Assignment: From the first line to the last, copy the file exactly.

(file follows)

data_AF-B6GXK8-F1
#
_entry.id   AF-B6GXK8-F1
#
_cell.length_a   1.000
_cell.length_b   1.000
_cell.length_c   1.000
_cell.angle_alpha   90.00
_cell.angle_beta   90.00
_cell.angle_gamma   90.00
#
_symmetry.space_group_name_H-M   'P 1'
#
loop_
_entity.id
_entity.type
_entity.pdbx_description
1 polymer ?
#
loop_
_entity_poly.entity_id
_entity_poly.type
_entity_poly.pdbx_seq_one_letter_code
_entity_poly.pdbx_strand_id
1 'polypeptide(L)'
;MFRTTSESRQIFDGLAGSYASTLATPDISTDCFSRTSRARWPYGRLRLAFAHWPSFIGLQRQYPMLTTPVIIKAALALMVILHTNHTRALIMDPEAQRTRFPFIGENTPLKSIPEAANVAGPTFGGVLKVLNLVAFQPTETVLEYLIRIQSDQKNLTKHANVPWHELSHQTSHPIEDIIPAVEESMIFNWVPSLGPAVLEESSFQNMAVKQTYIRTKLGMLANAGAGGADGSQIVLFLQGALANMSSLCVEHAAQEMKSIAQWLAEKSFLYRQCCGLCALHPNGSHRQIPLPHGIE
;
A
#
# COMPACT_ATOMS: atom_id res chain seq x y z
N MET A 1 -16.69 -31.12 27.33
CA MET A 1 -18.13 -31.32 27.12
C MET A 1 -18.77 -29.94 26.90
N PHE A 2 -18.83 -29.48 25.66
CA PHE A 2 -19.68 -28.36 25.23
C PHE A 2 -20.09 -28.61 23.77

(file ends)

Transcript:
data_AF-B6GXK8-F1
#
_entry.id   AF-B6GXK8-F1
#
_cell.length_a   1.000
_cell.length_b   1.000
_cell.length_c   1.000
_cell.angle_alpha   90.00
_cell.angle_beta   90.00
_cell.angle_gamma   90.00
#
_symmetry.space_group_name_H-M   'P 1'
#
loop_
_entity.id
_entity.type
_entity.pdbx_description
1 polymer ?
#
loop_
_entity_poly.entity_id
_entity_poly.type
_entity_poly.pdbx_seq_one_letter_code
_entity_poly.pdbx_strand_id
1 'polypeptide(L)'
;MFRTTSESRQIFDGLAGSYASTLATPDISTDCFSRTSRARWPYGRLRLAFAHWPSFIGLQRQYPMLTTPVIIKAALALMVILHTNHTRALIMDPEAQRTRFPFIGENTPLKSIPEAANVAGPTFGGVLKVLNLVAFQPTETVLEYLIRIQSDQKNLTKHANVPWHELSHQTSHPIEDIIPAVEESMIFNWVPSLGPAVLEESSFQNMAVKQTYIRTKLGMLANAGAGGADGSQIVLFLQGALANMSSLCVEHAAQEMKSIAQWLAEKSFLYRQCCGLCALHPNGSHRQIPLPHGIE
;
A
#
# COMPACT_ATOMS: atom_id res chain seq x y z
N MET A 1 -16.69 -31.12 27.33
CA MET A 1 -18.13 -31.32 27.12
C MET A 1 -18.77 -29.94 26.90
N PHE A 2 -18.83 -29.48 25.66
CA PHE A 2 -19.68 -28.36 25.23
C PHE A 2 -20.09 -28.61 23.77